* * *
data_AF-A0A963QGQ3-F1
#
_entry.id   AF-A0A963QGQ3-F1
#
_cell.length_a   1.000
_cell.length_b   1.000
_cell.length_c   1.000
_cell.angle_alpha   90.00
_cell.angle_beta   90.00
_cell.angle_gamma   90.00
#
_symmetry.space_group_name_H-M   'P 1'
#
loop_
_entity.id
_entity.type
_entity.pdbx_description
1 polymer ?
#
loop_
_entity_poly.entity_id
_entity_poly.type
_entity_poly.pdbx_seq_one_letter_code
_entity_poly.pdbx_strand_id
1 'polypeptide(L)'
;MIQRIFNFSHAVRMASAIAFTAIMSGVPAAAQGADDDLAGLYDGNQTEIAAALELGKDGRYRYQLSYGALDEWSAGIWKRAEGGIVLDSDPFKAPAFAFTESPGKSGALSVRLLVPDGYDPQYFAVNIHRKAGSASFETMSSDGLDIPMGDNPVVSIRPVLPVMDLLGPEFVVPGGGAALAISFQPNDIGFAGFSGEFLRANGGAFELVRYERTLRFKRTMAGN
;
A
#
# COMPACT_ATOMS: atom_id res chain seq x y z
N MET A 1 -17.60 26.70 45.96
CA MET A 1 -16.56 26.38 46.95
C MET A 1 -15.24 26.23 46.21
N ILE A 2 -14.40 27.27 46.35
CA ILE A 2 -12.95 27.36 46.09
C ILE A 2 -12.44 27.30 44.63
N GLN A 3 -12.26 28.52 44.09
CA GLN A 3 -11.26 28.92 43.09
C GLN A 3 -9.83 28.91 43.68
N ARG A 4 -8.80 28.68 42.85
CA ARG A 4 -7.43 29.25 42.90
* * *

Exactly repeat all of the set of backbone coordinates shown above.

data_AF-A0A963QGQ3-F1
#
_entry.id   AF-A0A963QGQ3-F1
#
_cell.length_a   1.000
_cell.length_b   1.000
_cell.length_c   1.000
_cell.angle_alpha   90.00
_cell.angle_beta   90.00
_cell.angle_gamma   90.00
#
_symmetry.space_group_name_H-M   'P 1'
#
loop_
_entity.id
_entity.type
_entity.pdbx_description
1 polymer ?
#
loop_
_entity_poly.entity_id
_entity_poly.type
_entity_poly.pdbx_seq_one_letter_code
_entity_poly.pdbx_strand_id
1 'polypeptide(L)'
;MIQRIFNFSHAVRMASAIAFTAIMSGVPAAAQGADDDLAGLYDGNQTEIAAALELGKDGRYRYQLSYGALDEWSAGIWKRAEGGIVLDSDPFKAPAFAFTESPGKSGALSVRLLVPDGYDPQYFAVNIHRKAGSASFETMSSDGLDIPMGDNPVVSIRPVLPVMDLLGPEFVVPGGGAALAISFQPNDIGFAGFSGEFLRANGGAFELVRYERTLRFKRTMAGN
;
A
#
# COMPACT_ATOMS: atom_id res chain seq x y z
N MET A 1 -17.60 26.70 45.96
CA MET A 1 -16.56 26.38 46.95
C MET A 1 -15.24 26.23 46.21
N ILE A 2 -14.40 27.27 46.35
CA ILE A 2 -12.95 27.36 46.09
C ILE A 2 -12.44 27.30 44.63
N GLN A 3 -12.26 28.52 44.09
CA GLN A 3 -11.26 28.92 43.09
C GLN A 3 -9.83 28.91 43.68
N ARG A 4 -8.80 28.68 42.85
CA ARG A 4 -7.43 29.25 42.90